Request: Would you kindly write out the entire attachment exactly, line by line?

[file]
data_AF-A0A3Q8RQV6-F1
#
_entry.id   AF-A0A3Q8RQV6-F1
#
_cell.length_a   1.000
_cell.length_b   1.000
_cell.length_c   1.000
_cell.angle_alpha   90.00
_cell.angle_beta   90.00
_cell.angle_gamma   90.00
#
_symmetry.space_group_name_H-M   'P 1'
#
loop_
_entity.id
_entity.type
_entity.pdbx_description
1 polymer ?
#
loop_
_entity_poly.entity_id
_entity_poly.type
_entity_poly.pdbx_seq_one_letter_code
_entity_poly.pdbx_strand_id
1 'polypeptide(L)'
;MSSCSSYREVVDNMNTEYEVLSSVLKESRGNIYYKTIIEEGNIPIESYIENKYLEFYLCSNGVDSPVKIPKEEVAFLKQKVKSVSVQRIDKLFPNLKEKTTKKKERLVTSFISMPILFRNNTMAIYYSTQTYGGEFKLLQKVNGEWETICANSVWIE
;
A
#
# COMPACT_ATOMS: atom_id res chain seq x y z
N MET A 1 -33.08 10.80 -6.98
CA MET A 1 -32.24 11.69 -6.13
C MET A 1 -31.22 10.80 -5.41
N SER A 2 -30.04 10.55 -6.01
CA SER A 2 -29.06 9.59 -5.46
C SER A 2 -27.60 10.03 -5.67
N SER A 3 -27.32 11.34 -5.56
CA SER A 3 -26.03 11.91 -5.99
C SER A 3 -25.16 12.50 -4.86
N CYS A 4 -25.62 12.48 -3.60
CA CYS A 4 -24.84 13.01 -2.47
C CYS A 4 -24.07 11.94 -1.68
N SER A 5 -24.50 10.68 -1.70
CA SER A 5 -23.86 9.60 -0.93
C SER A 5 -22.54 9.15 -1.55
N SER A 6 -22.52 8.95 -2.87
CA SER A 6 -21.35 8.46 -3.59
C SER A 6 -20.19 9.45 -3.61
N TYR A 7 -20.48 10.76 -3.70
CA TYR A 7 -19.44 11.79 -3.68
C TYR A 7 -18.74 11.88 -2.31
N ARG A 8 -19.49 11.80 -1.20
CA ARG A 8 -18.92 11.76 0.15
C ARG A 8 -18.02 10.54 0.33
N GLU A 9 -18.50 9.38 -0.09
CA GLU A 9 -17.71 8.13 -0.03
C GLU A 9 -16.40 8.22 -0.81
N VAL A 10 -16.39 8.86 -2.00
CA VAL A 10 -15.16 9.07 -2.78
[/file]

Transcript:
data_AF-A0A3Q8RQV6-F1
#
_entry.id   AF-A0A3Q8RQV6-F1
#
_cell.length_a   1.000
_cell.length_b   1.000
_cell.length_c   1.000
_cell.angle_alpha   90.00
_cell.angle_beta   90.00
_cell.angle_gamma   90.00
#
_symmetry.space_group_name_H-M   'P 1'
#
loop_
_entity.id
_entity.type
_entity.pdbx_description
1 polymer ?
#
loop_
_entity_poly.entity_id
_entity_poly.type
_entity_poly.pdbx_seq_one_letter_code
_entity_poly.pdbx_strand_id
1 'polypeptide(L)'
;MSSCSSYREVVDNMNTEYEVLSSVLKESRGNIYYKTIIEEGNIPIESYIENKYLEFYLCSNGVDSPVKIPKEEVAFLKQKVKSVSVQRIDKLFPNLKEKTTKKKERLVTSFISMPILFRNNTMAIYYSTQTYGGEFKLLQKVNGEWETICANSVWIE
;
A
#
# COMPACT_ATOMS: atom_id res chain seq x y z
N MET A 1 -33.08 10.80 -6.98
CA MET A 1 -32.24 11.69 -6.13
C MET A 1 -31.22 10.80 -5.41
N SER A 2 -30.04 10.55 -6.01
CA SER A 2 -29.06 9.59 -5.46
C SER A 2 -27.60 10.03 -5.67
N SER A 3 -27.32 11.34 -5.56
CA SER A 3 -26.03 11.91 -5.99
C SER A 3 -25.16 12.50 -4.86
N CYS A 4 -25.62 12.48 -3.60
CA CYS A 4 -24.84 13.01 -2.47
C CYS A 4 -24.07 11.94 -1.68
N SER A 5 -24.50 10.68 -1.70
CA SER A 5 -23.86 9.60 -0.93
C SER A 5 -22.54 9.15 -1.55
N SER A 6 -22.52 8.95 -2.87
CA SER A 6 -21.35 8.46 -3.59
C SER A 6 -20.19 9.45 -3.61
N TYR A 7 -20.48 10.76 -3.70
CA TYR A 7 -19.44 11.79 -3.68
C TYR A 7 -18.74 11.88 -2.31
N ARG A 8 -19.49 11.80 -1.20
CA ARG A 8 -18.92 11.76 0.15
C ARG A 8 -18.02 10.54 0.33
N GLU A 9 -18.50 9.38 -0.09
CA GLU A 9 -17.71 8.13 -0.03
C GLU A 9 -16.40 8.22 -0.81
N VAL A 10 -16.39 8.86 -2.00
CA VAL A 10 -15.16 9.07 -2.78